Optimizing Your Charitable Donations

While last year presented unprecedented challenges, charitable giving reached a record high, according to Giving USA. Individuals, foundations, and corporations gave an estimated $471.4 billion to U.S. charities in 2020. The global pandemic, the ensuing economic crisis, and efforts to advance racial justice created the widespread need and significantly increased the demands on nonprofit organizations. Generous giving coupled with the stock market turnaround in the year’s final months helped to buoy contributions.

Despite the ongoing challenges and uncertainty, the economic environment remains favorable for charitable giving in 2021. Close to 30% of giving occurs in December of each year, according to Network for Good. So now is the time to execute your end-of-year charitable giving strategy. Charitable donations are a great way to benefit those in need and have the added benefit of a tax deduction. But what is the best way to give? Appreciated non-cash assets or cash? 

Give appreciated non-cash assets instead of cash

For those who itemize deductions, appreciated non-cash assets such as stock held for more than one year may offer an additional tax benefit in comparison to cash donations. A stock held for greater than a year that is donated to a qualified charitable organization removes the capital gains tax liability. It allows you to deduct the fair market value of the donation from your adjusted gross income (AGI) on schedule A of your federal income tax return. Choose shares with the lowest cost basis. Keep in mind, however, that the deduction for a donation of appreciated stock to qualified charities is limited to 30% of your AGI. Any amount over the 30% threshold would be a carryover for up to 5 years. As show in the example below, more can go to charity by donating appreciated stock, and less can go to taxes.

Note that highly appreciated stock in a portfolio may become a capital gains tax issue once the investor is ready to sell that position. The capital gains tax can be as high as 23.8% when the Medicare surtax applies. As you see from the example, donating stock can increase the size of your gift. Since you avoid paying capital gains tax incurred when selling the shares that have appreciated for more than 12 months, this portion can go directly to the charitable organization.

Donor-Advised Fund

While appreciated non-cash assets often are the best way to maximize charitable gifts, not all charities have the capabilities to accept these types of gifts. Another opportunity to donate and avoid capital gains would be to set up a donor-advised fund. If you have a donor-advised fund account, simply transfer the appreciated stock to the account, and you may qualify for a fair market value tax deduction if you itemize on the date of transfer. It also allows the investor to then decide over time how to donate assets in the fund to deserving charitable organizations. When compared to setting up a private foundation, donor-advised funds have no upfront costs, no annual payout requirements, and are housed under entities such as Community Foundations who handle most of the administration. This is a smart option for investors who are looking for efficient and knowledgeable grant making strategies, while receiving tax advantages. Simply put, you pay no capital gains tax when the assets are liquidated, the cash proceeds can then be invested, and you can recommend grants to your favorite charities immediately or over time at your convenience.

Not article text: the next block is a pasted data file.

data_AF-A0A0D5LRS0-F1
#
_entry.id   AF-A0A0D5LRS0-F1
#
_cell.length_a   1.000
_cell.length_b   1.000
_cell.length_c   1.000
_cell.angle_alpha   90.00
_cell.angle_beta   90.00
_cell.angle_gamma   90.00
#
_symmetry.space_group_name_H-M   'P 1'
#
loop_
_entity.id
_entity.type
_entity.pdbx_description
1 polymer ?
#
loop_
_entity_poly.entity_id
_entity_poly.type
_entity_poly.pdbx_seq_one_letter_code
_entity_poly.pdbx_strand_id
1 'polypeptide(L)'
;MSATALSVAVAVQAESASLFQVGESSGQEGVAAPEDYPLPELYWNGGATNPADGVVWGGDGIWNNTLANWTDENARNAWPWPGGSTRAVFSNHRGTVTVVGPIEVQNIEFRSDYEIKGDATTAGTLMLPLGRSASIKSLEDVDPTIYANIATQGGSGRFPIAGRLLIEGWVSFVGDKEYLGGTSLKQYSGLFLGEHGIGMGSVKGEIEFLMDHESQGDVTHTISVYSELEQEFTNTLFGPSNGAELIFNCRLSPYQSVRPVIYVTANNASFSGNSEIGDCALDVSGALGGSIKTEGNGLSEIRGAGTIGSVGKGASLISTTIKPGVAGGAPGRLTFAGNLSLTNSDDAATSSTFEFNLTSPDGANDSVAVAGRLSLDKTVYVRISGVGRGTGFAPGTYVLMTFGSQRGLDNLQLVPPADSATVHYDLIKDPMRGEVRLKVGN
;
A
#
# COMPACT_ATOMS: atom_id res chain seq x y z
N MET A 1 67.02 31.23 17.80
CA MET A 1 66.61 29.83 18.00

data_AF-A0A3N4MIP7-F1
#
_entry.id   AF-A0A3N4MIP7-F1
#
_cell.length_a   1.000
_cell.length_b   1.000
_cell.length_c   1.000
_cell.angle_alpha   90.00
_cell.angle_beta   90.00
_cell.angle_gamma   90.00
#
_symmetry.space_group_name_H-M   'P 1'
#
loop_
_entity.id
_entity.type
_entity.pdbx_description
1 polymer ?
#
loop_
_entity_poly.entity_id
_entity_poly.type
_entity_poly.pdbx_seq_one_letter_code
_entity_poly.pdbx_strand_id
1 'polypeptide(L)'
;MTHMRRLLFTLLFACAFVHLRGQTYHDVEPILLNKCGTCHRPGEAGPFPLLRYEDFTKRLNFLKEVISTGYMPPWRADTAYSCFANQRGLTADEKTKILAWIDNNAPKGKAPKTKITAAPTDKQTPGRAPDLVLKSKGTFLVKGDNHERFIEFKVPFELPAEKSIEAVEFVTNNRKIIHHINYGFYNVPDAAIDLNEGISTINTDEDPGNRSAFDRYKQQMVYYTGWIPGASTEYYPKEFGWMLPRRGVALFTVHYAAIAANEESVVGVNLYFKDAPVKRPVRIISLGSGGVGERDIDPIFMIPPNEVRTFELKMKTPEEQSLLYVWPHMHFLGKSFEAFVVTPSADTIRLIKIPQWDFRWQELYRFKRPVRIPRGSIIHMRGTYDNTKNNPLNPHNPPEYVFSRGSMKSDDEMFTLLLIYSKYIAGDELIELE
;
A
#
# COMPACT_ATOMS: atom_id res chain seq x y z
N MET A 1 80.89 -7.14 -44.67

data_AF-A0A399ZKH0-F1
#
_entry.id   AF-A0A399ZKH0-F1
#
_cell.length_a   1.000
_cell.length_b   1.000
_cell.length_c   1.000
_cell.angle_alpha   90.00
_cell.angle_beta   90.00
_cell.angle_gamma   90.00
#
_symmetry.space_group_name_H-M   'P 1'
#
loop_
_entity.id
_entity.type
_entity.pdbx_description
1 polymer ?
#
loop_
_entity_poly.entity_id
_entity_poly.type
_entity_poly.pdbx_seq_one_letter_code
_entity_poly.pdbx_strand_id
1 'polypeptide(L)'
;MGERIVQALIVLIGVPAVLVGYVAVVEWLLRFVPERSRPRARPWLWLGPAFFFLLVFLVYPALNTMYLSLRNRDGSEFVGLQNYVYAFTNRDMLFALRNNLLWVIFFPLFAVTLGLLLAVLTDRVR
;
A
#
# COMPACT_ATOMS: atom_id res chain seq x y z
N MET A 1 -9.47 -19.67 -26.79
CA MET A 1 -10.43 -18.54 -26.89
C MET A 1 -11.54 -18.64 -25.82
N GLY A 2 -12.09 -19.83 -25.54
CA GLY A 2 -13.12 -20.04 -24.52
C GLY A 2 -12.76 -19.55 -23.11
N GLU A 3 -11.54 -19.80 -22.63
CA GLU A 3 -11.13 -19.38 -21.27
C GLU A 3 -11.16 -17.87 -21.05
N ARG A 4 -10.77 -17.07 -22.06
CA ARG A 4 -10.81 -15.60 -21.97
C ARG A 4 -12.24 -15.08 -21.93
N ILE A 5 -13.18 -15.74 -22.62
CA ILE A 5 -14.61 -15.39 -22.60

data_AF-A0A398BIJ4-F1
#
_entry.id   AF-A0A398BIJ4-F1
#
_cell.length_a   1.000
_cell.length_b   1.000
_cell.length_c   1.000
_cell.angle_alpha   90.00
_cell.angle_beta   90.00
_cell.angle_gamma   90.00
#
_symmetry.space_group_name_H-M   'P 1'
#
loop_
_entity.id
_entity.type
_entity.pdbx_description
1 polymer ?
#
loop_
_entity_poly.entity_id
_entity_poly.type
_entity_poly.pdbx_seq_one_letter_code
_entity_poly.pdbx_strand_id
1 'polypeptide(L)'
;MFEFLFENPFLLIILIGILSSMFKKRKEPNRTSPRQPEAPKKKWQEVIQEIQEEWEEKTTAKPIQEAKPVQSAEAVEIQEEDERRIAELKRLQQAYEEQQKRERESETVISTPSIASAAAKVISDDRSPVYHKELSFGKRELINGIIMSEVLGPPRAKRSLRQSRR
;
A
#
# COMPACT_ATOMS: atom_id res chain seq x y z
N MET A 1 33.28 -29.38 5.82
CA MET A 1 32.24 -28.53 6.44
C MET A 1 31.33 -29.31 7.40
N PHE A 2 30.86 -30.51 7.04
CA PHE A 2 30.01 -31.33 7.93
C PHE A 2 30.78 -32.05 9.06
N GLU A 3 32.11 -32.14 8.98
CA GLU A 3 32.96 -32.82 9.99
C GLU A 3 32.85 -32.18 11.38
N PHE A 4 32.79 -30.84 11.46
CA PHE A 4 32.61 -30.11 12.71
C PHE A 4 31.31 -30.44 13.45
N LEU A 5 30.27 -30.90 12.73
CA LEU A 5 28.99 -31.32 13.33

Use Cash to Replenish Your Portfolio

If you want to maintain the shares in your portfolio, choose low basis shares to donate and buy back the same number of shares using cash. Then, you still have the same value in your portfolio, but you have essentially given yourself a “step-up” in basis, without having to recognize again. This sets up the investor to have a higher cost basis than the gifted shares. Over time, this higher-basis investment increases the potential for eventual tax-loss harvesting, which should help reduce future tax payments.

In conclusion, charitably-minded investors should consider donating non-cash assets like stock. Donating stock means you may end up donating a higher dollar amount to a deserving charity and manage your capital gains tax in the process. However, please consult with your advisor to determine the best option for you when considering donating appreciated stock or cash.

Most importantly, your donation remains a powerful way to help the charitable organizations of your choosing.

Important Note: This material is for informational purposes only and is not intended to serve as a substitute for personalized investment advice or as a recommendation or solicitation of any particular security, strategy or investment product. Madison Wealth Management does not provide tax, legal or accounting advice, and nothing contained herein should be taken as such. © Madison Wealth Management 2021